In 2015, unless the Legislature takes action otherwise, Lee County could serve as ground zero for a mining revival – this time through fracking.
Even as environmental groups rally for online support, those in the energy industry are preparing in-depth gas surveys to take stock of what North Carolina can offer in natural gas. Drilling could happen as early as April, experts say.
Poll: Should North Carolina allow fracking in 2015?
But that’s if all goes according to a plan two years in the making.
Even if environmentalist pleas against the practice go unheard, fracking can’t provide an economic infusion without the oil and gas industry – and, at least today, the oil and gas industry doesn’t seem interested in prioritizing North Carolina.
Lee County is no stranger to mining.
Oil and gas deposits there have been talked about for decades. And, at the turn of the century, the Sanford area was coal country.
After a methane gas leak and two fatal explosions, however, and the coal chapter ended in Lee County.
Two years ago, a new energy conversation crept into the Sanford vernacular.
Jim Womack, then a two-year veteran county commissioner, was called to Raleigh to be a part of the state’s Mining and Energy Commission, which he chaired for two years.
At the time, fracking seemed like an opportunity, he says.
About 9.8 percent of families in Lee County were living below the poverty line.
Fracking – at least to Womack – seemed like an opportunity for the whole community to profit. In addition to the service industries, including hotels and restaurants, supporting those working the fracking sector, the landowners themselves could profit, he pointed out.
But that was then.
Flash forward to 2014 and, while a moratorium expired on actual fracking, the state still isn’t issuing permits for the procedure. North Carolina was waiting for the commission to develop rules – rules it finalized earlier this year, giving way for a big change in 2015. Two months after the Legislature in Raleigh reconvenes in January, without evasive action, permits will finally be issued.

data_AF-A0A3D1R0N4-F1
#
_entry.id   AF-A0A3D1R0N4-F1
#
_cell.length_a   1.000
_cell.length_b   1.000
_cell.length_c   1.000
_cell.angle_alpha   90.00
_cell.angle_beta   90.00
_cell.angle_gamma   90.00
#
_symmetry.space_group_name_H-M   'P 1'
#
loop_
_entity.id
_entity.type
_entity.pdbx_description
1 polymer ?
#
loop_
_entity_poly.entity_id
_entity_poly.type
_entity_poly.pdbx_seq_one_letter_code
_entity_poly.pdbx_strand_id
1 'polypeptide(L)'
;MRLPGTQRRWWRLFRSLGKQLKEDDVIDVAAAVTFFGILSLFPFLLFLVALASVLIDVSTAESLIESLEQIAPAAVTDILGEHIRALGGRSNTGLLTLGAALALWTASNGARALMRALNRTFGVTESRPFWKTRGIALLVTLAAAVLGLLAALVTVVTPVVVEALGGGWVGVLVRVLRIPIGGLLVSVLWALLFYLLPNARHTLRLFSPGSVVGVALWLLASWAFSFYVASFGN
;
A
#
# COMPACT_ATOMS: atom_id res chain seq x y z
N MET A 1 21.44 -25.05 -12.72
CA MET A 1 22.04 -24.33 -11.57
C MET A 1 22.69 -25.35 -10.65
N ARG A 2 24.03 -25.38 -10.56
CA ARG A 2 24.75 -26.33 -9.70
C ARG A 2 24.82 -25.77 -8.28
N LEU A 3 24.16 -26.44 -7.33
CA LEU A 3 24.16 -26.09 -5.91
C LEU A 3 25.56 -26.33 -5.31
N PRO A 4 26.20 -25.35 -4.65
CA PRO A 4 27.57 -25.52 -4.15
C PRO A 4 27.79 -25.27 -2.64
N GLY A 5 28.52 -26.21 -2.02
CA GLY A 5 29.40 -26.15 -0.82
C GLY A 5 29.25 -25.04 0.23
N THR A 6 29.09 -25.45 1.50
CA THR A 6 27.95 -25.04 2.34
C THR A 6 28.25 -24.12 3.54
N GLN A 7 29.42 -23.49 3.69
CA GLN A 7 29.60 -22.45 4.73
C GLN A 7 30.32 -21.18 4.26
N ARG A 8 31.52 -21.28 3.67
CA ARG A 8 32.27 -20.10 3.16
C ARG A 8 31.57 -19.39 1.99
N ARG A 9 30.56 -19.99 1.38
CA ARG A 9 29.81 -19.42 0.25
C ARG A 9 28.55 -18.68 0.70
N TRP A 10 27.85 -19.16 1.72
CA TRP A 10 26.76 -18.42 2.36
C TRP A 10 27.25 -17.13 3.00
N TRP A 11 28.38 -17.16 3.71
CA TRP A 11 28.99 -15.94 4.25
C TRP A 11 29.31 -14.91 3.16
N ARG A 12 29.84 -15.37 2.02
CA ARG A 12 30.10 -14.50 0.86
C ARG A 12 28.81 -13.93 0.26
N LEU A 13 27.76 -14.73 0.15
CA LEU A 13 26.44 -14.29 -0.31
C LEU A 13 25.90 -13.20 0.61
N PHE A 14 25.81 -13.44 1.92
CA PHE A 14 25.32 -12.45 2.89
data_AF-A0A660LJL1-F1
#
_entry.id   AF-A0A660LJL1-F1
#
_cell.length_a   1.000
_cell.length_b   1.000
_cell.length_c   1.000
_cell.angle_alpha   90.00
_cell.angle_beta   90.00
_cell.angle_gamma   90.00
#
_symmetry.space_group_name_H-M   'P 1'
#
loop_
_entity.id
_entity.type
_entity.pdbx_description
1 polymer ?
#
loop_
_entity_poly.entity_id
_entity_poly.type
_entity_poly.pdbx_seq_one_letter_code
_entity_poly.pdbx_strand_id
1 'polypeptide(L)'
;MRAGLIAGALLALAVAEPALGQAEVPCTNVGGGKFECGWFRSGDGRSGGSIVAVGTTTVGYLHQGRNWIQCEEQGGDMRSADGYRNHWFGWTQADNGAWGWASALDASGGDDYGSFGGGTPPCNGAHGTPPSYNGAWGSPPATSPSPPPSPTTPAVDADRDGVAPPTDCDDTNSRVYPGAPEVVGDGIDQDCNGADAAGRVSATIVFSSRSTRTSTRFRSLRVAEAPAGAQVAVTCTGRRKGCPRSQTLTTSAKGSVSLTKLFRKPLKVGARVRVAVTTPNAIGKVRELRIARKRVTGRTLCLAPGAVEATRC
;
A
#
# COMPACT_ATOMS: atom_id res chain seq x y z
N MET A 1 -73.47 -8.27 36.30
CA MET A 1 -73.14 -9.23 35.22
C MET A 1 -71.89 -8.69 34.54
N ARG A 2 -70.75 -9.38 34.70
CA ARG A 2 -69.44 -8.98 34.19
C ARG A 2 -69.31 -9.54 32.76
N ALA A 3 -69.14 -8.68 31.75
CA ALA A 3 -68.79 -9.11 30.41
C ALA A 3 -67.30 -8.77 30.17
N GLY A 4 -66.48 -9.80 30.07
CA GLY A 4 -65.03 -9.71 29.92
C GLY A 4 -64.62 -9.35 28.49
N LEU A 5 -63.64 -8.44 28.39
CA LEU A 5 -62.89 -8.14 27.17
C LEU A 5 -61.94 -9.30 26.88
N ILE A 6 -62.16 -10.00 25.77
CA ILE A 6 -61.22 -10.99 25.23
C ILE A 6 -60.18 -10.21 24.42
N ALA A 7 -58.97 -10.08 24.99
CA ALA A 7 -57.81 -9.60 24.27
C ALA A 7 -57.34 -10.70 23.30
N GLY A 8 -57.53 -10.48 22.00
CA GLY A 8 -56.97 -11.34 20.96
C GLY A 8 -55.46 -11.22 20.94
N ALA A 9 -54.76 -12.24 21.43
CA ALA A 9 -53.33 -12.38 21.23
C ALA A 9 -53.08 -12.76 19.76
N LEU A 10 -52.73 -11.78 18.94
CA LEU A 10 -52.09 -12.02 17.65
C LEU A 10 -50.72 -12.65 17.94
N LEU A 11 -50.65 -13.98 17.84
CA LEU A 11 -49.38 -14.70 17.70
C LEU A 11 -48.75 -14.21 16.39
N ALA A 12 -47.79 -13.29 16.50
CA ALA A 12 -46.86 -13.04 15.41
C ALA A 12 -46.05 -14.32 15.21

But, according to Womack, it won’t be the economic infusion he’d hoped for years ago. At least not initially.
“It takes time for that to happen,” he says. “It takes investment on behalf of the oil and gas companies. We’re a virgin area at this point.”
And the economic landscape isn’t working in fracking’s favor.
He points to gas prices as a factor.
“I would say there’s a bit of trepidation right now with the way the international economic landscape is with oil and gas,” he says, pointing to OPEC “flooding the world markets” with crude oil. “Immature plains, like what we have in North Carolina, are really not being seriously looked at.”
But there is interest in “qualifying” resources here, he says. That means more advanced surveying. He predicts that, when permits can be issued, “we’ll see a little more deliberate survey and analysis of what we have.”
To actually develop the area, oil and gas companies would need to get the holders of the mineral rights on board, bring in a drilling unit and then get a permit to penetrate.
Womack hoped that gas prices would be such “that a company would be willing to take on a financial risk and begin drilling early.”
But that doesn’t seem to be the case.
“It could change, but at this juncture, we’re expecting more exploration work early on,” he says.
As Womack and team are pushing oil and gas companies to pay attention to North Carolina, they have some very loud critics calling for North Carolina to be left alone.
One of the loudest is the Sierra Club.
Spokesperson Molly Diggins points out what she feels is the biggest environmental side effect of fracking: waste water.
“There’s a significant amount of waste water that has all kinds of contaminates in it,” she says.
A method that’s been used in other states, groundwater injection, where waste water is injected back into the ground as a disposal method, is illegal in North Carolina.
“Efforts to allow it have failed in the legislature,” she says.
Womack says that, when wastewater is no longer suitable to be reused in the process, it could be transported to another state for injection or hauled to a licensed wastewater treatment facility in North Carolina.
“We already know there are several North Carolina companies interested in securing contracts to manage that kind of water recycling,” he says.
Womack is of the belief that fracking is environmentally sound, and a greener option than burning coal.
It’s an argument scoffed at by Diggins.
“There’s definitely greenhouse gas emissions associated with fracking,” she say